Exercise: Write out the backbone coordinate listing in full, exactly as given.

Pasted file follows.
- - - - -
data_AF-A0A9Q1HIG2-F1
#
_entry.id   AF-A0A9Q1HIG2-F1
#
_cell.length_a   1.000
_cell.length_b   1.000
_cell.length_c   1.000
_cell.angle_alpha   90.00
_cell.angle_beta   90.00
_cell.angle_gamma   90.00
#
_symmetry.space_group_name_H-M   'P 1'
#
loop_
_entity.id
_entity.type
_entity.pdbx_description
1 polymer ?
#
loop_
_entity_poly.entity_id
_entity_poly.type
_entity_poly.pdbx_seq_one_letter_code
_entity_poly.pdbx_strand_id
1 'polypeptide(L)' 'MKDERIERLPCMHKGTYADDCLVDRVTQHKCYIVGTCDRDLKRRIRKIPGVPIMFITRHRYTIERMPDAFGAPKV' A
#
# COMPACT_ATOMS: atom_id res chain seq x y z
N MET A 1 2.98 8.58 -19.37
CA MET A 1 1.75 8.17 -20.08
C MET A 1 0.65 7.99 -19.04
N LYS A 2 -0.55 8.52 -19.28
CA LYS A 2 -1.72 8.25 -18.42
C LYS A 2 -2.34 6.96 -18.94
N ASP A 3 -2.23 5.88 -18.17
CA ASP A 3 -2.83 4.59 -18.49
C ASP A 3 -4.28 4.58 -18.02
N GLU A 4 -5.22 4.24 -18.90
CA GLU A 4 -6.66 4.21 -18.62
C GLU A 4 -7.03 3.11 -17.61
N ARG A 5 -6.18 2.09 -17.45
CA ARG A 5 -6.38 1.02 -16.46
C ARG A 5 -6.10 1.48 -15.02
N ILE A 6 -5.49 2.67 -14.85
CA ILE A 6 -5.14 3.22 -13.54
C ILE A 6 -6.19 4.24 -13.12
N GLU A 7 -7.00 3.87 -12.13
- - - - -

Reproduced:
data_AF-A0A9Q1HIG2-F1
#
_entry.id   AF-A0A9Q1HIG2-F1
#
_cell.length_a   1.000
_cell.length_b   1.000
_cell.length_c   1.000
_cell.angle_alpha   90.00
_cell.angle_beta   90.00
_cell.angle_gamma   90.00
#
_symmetry.space_group_name_H-M   'P 1'
#
loop_
_entity.id
_entity.type
_entity.pdbx_description
1 polymer ?
#
loop_
_entity_poly.entity_id
_entity_poly.type
_entity_poly.pdbx_seq_one_letter_code
_entity_poly.pdbx_strand_id
1 'polypeptide(L)' 'MKDERIERLPCMHKGTYADDCLVDRVTQHKCYIVGTCDRDLKRRIRKIPGVPIMFITRHRYTIERMPDAFGAPKV' A
#
# COMPACT_ATOMS: atom_id res chain seq x y z
N MET A 1 2.98 8.58 -19.37
CA MET A 1 1.75 8.17 -20.08
C MET A 1 0.65 7.99 -19.04
N LYS A 2 -0.55 8.52 -19.28
CA LYS A 2 -1.72 8.25 -18.42
C LYS A 2 -2.34 6.96 -18.94
N ASP A 3 -2.23 5.88 -18.17
CA ASP A 3 -2.83 4.59 -18.49
C ASP A 3 -4.28 4.58 -18.02
N GLU A 4 -5.22 4.24 -18.90
CA GLU A 4 -6.66 4.21 -18.62
C GLU A 4 -7.03 3.11 -17.61
N ARG A 5 -6.18 2.09 -17.45
CA ARG A 5 -6.38 1.02 -16.46
C ARG A 5 -6.10 1.48 -15.02
N ILE A 6 -5.49 2.67 -14.85
CA ILE A 6 -5.14 3.22 -13.54
C ILE A 6 -6.19 4.24 -13.12
N GLU A 7 -7.00 3.87 -12.13